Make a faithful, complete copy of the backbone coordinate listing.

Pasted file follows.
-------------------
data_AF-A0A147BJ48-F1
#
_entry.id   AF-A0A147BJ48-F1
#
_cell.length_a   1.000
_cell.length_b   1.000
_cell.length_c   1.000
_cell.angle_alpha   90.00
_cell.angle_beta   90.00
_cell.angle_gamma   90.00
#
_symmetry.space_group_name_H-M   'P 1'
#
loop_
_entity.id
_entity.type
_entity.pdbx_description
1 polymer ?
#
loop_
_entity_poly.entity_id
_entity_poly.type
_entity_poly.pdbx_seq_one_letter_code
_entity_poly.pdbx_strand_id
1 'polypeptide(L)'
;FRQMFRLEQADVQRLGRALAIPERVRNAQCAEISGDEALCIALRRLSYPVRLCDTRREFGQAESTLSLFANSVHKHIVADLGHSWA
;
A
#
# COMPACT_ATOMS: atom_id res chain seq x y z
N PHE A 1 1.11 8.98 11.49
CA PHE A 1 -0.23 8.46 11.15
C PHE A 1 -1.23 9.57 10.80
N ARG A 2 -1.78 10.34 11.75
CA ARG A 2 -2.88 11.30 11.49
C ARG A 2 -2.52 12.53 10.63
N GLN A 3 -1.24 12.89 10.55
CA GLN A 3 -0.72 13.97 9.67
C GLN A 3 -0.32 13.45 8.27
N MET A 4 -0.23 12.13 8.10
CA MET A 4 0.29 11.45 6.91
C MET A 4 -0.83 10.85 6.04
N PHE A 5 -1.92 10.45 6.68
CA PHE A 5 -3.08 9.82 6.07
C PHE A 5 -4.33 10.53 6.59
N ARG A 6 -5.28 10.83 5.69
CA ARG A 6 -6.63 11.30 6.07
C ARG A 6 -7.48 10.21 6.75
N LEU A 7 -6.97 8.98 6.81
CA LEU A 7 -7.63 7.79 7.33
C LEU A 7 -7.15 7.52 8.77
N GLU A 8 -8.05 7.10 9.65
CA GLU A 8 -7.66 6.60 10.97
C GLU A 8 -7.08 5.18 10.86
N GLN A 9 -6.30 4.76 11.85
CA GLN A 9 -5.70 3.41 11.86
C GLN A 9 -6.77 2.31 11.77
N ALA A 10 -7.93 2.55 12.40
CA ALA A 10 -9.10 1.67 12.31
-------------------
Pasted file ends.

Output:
data_AF-A0A147BJ48-F1
#
_entry.id   AF-A0A147BJ48-F1
#
_cell.length_a   1.000
_cell.length_b   1.000
_cell.length_c   1.000
_cell.angle_alpha   90.00
_cell.angle_beta   90.00
_cell.angle_gamma   90.00
#
_symmetry.space_group_name_H-M   'P 1'
#
loop_
_entity.id
_entity.type
_entity.pdbx_description
1 polymer ?
#
loop_
_entity_poly.entity_id
_entity_poly.type
_entity_poly.pdbx_seq_one_letter_code
_entity_poly.pdbx_strand_id
1 'polypeptide(L)'
;FRQMFRLEQADVQRLGRALAIPERVRNAQCAEISGDEALCIALRRLSYPVRLCDTRREFGQAESTLSLFANSVHKHIVADLGHSWA
;
A
#
# COMPACT_ATOMS: atom_id res chain seq x y z
N PHE A 1 1.11 8.98 11.49
CA PHE A 1 -0.23 8.46 11.15
C PHE A 1 -1.23 9.57 10.80
N ARG A 2 -1.78 10.34 11.75
CA ARG A 2 -2.88 11.30 11.49
C ARG A 2 -2.52 12.53 10.63
N GLN A 3 -1.24 12.89 10.55
CA GLN A 3 -0.72 13.97 9.67
C GLN A 3 -0.32 13.45 8.27
N MET A 4 -0.23 12.13 8.10
CA MET A 4 0.29 11.45 6.91
C MET A 4 -0.83 10.85 6.04
N PHE A 5 -1.92 10.45 6.68
CA PHE A 5 -3.08 9.82 6.07
C PHE A 5 -4.33 10.53 6.59
N ARG A 6 -5.28 10.83 5.69
CA ARG A 6 -6.63 11.30 6.07
C ARG A 6 -7.48 10.21 6.75
N LEU A 7 -6.97 8.98 6.81
CA LEU A 7 -7.63 7.79 7.33
C LEU A 7 -7.15 7.52 8.77
N GLU A 8 -8.05 7.10 9.65
CA GLU A 8 -7.66 6.60 10.97
C GLU A 8 -7.08 5.18 10.86
N GLN A 9 -6.30 4.76 11.85
CA GLN A 9 -5.70 3.41 11.86
C GLN A 9 -6.77 2.31 11.77
N ALA A 10 -7.93 2.55 12.40
CA ALA A 10 -9.10 1.67 12.31